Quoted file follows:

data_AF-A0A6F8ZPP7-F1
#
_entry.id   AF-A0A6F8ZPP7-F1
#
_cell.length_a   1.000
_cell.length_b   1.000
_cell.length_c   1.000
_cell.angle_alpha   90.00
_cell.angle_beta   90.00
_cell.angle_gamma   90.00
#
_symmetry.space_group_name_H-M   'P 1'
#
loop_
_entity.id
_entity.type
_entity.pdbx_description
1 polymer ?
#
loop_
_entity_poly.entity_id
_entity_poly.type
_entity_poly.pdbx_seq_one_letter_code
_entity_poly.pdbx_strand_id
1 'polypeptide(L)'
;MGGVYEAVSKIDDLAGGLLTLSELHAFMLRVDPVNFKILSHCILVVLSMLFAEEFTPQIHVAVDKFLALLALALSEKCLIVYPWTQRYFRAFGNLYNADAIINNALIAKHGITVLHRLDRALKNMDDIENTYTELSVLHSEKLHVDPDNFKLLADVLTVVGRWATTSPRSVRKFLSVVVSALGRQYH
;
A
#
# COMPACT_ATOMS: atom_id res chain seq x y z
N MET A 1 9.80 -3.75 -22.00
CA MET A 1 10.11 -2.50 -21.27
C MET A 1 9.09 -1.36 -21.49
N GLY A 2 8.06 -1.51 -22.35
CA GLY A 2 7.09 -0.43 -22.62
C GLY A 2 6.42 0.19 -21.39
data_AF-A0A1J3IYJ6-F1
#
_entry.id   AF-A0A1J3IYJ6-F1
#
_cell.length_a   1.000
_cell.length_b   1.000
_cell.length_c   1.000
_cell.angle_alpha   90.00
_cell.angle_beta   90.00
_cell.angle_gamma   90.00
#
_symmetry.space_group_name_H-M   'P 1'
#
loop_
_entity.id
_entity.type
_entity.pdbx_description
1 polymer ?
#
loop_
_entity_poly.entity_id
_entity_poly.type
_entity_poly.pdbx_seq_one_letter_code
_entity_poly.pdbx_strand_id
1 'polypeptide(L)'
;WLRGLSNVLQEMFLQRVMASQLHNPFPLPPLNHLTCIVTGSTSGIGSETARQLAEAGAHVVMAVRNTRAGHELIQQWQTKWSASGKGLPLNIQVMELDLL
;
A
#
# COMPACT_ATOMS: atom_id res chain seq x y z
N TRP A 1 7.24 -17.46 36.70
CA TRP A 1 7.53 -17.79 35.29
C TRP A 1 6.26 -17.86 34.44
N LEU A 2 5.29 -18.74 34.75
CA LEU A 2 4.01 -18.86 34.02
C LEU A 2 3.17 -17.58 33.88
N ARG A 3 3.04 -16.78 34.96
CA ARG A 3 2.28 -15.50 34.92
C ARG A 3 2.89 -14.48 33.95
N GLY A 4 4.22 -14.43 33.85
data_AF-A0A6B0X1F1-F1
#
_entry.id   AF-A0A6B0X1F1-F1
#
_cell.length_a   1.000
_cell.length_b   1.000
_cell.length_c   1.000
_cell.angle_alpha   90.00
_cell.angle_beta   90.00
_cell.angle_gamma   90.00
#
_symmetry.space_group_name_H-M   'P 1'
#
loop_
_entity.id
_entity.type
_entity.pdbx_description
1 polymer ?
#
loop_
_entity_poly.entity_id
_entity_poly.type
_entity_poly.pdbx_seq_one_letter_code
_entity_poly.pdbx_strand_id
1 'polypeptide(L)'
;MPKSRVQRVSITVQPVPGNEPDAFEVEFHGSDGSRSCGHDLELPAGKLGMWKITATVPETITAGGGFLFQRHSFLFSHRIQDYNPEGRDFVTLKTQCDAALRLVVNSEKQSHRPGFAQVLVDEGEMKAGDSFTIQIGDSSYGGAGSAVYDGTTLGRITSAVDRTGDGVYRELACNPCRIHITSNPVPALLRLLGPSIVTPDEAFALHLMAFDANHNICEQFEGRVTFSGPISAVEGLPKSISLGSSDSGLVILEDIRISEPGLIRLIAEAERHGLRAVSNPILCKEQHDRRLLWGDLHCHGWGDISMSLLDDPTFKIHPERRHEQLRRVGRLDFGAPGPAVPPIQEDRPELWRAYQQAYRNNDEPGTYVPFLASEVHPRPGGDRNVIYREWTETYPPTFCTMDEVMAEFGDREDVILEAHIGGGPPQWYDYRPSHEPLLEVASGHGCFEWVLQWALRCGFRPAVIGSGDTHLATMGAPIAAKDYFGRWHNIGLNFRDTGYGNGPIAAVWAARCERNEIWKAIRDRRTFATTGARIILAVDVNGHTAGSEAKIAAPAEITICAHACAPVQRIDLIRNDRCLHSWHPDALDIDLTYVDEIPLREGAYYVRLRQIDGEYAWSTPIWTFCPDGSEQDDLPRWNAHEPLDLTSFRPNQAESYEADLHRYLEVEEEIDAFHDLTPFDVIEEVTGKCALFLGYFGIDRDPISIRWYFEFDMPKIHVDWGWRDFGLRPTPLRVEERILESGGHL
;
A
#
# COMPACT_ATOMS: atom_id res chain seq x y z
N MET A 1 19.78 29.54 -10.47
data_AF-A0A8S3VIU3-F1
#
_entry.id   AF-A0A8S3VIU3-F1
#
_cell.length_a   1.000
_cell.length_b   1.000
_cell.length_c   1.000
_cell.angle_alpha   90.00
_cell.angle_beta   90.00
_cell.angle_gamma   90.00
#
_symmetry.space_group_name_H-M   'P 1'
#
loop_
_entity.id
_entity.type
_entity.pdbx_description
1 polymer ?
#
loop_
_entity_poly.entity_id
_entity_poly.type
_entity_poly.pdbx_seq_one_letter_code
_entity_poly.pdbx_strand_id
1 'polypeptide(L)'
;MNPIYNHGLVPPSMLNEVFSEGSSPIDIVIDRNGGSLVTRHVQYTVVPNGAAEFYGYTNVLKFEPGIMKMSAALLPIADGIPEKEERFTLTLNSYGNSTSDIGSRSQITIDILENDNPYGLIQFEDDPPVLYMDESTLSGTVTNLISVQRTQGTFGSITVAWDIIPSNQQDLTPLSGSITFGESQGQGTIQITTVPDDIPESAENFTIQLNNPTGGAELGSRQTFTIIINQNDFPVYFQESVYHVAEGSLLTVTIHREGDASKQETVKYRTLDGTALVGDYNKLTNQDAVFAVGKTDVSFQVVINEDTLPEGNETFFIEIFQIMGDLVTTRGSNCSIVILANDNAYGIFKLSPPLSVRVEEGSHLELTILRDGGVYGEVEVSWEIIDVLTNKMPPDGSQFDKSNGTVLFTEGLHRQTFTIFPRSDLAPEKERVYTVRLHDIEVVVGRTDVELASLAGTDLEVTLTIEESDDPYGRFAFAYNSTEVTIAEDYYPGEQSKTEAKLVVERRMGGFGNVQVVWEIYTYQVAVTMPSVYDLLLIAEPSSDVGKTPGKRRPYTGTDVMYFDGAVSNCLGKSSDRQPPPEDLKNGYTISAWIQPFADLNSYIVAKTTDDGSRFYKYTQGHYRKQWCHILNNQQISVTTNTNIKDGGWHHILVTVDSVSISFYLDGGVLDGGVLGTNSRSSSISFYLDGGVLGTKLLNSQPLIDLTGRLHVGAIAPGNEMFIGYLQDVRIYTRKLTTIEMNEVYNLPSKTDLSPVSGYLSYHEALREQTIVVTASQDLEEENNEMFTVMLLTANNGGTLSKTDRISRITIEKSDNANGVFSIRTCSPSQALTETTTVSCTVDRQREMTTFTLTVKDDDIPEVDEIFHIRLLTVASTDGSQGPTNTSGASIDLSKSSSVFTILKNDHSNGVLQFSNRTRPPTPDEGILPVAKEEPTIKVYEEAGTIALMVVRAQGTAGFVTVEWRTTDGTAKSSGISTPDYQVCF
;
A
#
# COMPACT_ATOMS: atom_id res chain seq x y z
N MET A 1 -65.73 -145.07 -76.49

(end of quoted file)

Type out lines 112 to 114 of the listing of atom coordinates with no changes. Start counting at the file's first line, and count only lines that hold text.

_cell.length_a   1.000
_cell.length_b   1.000
_cell.length_c   1.000